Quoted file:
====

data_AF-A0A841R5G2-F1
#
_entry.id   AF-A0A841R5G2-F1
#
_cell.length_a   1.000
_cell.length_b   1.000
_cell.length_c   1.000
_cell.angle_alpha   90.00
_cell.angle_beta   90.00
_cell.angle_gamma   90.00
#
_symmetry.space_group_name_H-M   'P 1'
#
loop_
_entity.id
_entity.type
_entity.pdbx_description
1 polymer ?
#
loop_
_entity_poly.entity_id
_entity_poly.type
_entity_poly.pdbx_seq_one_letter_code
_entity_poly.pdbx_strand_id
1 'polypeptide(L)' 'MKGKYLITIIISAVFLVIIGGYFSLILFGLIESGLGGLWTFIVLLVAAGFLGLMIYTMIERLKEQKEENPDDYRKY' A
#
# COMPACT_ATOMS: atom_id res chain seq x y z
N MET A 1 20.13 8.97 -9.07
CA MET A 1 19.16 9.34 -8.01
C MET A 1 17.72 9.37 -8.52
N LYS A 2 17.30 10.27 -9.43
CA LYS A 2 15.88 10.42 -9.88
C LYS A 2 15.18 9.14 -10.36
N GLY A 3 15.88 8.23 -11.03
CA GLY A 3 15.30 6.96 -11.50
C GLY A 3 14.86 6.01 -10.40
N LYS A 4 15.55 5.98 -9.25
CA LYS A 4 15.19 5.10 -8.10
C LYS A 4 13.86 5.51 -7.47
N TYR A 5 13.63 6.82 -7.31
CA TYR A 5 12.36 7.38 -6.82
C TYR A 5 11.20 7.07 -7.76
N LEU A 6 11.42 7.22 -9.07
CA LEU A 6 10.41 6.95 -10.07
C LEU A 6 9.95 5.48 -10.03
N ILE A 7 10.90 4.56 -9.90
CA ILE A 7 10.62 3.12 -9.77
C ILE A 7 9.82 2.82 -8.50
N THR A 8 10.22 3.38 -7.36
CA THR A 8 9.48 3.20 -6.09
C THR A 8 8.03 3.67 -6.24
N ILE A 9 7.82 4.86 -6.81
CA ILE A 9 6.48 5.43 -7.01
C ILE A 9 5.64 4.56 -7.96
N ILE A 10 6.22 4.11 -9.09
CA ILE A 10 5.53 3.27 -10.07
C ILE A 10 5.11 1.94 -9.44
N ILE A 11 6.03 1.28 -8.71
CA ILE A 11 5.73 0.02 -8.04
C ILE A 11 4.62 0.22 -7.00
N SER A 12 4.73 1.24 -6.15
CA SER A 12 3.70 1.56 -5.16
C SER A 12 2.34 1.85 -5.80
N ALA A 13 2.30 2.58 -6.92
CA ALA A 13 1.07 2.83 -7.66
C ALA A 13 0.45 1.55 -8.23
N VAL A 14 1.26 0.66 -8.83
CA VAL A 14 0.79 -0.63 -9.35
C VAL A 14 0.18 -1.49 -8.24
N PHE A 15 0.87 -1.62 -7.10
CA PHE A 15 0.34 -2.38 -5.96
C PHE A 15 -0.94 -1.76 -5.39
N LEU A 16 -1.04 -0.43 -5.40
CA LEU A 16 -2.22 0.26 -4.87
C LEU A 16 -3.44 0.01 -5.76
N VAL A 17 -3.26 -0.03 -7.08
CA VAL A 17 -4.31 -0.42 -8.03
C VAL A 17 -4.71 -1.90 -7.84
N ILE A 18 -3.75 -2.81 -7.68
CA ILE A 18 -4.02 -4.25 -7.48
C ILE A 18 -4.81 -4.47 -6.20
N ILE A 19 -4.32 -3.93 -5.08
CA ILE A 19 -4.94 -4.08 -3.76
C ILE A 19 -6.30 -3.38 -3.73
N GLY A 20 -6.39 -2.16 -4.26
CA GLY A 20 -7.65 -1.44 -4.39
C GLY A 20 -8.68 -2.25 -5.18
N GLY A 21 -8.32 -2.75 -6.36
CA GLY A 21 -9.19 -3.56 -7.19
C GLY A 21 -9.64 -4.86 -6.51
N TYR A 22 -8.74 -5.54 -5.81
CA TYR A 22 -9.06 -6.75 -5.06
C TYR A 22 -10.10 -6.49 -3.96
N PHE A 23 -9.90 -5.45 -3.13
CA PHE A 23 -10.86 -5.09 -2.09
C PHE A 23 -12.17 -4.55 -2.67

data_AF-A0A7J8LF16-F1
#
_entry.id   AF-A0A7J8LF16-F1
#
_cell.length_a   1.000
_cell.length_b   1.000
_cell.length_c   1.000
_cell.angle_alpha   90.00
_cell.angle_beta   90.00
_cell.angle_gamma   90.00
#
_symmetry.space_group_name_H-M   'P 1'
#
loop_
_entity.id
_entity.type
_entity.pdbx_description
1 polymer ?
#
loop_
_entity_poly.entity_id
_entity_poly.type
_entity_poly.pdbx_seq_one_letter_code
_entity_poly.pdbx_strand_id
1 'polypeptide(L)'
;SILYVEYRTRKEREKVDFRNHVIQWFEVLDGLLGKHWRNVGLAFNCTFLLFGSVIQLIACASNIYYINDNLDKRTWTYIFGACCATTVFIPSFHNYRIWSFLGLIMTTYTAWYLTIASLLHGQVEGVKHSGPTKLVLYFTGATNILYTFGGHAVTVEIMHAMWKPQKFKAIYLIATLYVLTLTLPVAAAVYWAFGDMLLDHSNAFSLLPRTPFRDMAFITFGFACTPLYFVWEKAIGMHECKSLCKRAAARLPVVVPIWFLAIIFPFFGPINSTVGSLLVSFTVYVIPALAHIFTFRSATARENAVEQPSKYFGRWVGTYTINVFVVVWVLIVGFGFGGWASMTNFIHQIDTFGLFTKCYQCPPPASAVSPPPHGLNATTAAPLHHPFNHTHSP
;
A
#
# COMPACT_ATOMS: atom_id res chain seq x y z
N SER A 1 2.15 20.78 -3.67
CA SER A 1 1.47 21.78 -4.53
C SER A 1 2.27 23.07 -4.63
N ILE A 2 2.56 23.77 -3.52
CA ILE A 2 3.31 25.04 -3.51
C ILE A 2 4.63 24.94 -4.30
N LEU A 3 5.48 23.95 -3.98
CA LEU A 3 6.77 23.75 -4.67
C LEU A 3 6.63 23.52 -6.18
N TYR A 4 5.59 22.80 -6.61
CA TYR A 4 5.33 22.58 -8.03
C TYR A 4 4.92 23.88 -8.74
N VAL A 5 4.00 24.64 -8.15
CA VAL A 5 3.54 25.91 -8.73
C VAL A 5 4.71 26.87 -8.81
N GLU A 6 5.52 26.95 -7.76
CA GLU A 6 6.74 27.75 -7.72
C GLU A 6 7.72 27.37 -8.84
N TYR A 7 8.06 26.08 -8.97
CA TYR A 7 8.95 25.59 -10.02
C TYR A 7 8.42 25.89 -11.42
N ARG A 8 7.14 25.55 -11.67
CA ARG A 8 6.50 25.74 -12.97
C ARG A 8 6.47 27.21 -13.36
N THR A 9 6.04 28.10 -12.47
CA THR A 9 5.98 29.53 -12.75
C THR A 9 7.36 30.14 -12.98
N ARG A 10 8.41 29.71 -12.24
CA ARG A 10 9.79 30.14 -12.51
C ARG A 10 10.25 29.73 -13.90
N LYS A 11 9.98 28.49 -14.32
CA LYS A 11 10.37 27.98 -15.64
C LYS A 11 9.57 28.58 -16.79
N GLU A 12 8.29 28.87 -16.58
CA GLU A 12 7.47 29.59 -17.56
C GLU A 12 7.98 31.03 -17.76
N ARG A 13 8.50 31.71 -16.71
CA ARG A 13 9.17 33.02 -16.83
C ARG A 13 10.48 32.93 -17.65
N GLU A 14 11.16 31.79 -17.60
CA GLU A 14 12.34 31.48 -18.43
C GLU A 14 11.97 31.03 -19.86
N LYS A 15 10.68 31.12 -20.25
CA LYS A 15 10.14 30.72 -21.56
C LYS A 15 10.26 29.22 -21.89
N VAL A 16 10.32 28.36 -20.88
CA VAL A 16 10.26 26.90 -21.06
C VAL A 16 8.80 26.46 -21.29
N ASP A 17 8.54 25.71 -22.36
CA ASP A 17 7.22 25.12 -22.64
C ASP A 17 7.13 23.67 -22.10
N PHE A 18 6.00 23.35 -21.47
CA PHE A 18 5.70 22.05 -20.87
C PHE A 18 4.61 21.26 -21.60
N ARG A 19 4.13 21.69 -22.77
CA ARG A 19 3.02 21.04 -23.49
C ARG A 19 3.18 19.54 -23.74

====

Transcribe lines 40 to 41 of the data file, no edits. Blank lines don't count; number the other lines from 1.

N TYR A 5 13.63 6.82 -7.31
CA TYR A 5 12.36 7.38 -6.82